Photo by David Neely/Georgia Department of Natural Resources

The endangered species list now has another fish on its list.

The trispot darter fish, a freshwater fish, has been added to the list by the U.S. Fish and Wildlife Service. The addition made by federal officials comes after the habitat of a fish became threatened by development in a number of southern states, Georgia being one of them.

The trispot darter fish is native to the Coosa River, which carries through parts of northern Georgia, Tennessee, and Alabama. It’s also found in the Conasauga River. But recent developments have threatened the fish, mainly because of storm water runoff, according to Al.com which has reported on the addition to the list and the development.

Back in 1982, the fish was named to need protection for the fish, but was not requested to be placed on the endangered species list until late 2017.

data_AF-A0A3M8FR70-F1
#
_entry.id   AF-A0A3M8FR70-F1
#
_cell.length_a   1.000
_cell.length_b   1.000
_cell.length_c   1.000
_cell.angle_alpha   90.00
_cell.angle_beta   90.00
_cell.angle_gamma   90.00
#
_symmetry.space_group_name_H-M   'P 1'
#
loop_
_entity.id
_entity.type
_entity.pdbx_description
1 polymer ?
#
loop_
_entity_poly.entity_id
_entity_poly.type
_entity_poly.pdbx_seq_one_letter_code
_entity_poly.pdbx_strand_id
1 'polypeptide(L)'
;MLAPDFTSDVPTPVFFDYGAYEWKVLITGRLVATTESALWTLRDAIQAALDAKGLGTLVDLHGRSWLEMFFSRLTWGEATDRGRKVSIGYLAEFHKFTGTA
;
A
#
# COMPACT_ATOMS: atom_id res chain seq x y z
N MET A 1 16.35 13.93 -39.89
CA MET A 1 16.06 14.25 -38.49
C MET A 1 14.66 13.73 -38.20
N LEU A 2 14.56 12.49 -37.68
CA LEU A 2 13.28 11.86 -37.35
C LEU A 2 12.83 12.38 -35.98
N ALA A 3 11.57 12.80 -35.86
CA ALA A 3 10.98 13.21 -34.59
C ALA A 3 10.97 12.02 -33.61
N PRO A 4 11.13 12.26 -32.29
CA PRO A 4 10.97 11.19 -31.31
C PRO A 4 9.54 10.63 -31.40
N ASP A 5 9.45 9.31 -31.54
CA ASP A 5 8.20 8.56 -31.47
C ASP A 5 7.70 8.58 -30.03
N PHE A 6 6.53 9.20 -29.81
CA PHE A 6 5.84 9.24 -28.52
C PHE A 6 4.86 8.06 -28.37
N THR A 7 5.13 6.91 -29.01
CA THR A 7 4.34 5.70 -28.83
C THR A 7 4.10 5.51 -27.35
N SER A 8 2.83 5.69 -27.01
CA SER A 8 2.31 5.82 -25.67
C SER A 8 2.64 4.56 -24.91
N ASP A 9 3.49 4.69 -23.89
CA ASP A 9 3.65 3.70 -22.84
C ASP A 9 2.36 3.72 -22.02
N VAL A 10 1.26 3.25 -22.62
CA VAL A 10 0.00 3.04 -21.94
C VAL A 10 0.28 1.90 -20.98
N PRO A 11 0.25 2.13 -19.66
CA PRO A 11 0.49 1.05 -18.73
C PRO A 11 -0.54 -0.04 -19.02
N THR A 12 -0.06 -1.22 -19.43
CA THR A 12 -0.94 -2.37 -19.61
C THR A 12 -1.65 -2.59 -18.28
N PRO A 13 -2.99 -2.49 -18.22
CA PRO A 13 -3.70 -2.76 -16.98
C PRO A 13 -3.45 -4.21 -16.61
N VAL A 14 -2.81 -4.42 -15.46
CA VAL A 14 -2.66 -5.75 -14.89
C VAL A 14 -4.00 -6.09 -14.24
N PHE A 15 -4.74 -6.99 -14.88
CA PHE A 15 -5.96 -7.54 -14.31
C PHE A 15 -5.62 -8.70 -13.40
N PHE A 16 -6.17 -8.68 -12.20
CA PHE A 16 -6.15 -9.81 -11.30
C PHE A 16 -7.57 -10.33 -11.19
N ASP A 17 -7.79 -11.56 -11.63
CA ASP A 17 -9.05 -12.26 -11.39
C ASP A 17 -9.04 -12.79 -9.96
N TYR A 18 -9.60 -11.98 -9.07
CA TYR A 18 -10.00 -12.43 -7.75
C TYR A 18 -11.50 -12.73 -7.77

Previously, the trispot darte fish was thought to be extinct in Alabama for more than five decades until  2008 when it was once again spotted in Little Canoe Creek.

Because the fish is now on the endangered species list, it is illegal to be caught or sold.

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1 COMMENT

  1. “illegal to be caught or sold.” Is there a market for a 1.5 inch fish? How will making this marketing illegal help keep the fish safe from drought and flood? What about those wishing to study the fish and increase its distribution? Why must the federal government spend time and money on such local trivia? Who is John Galt?

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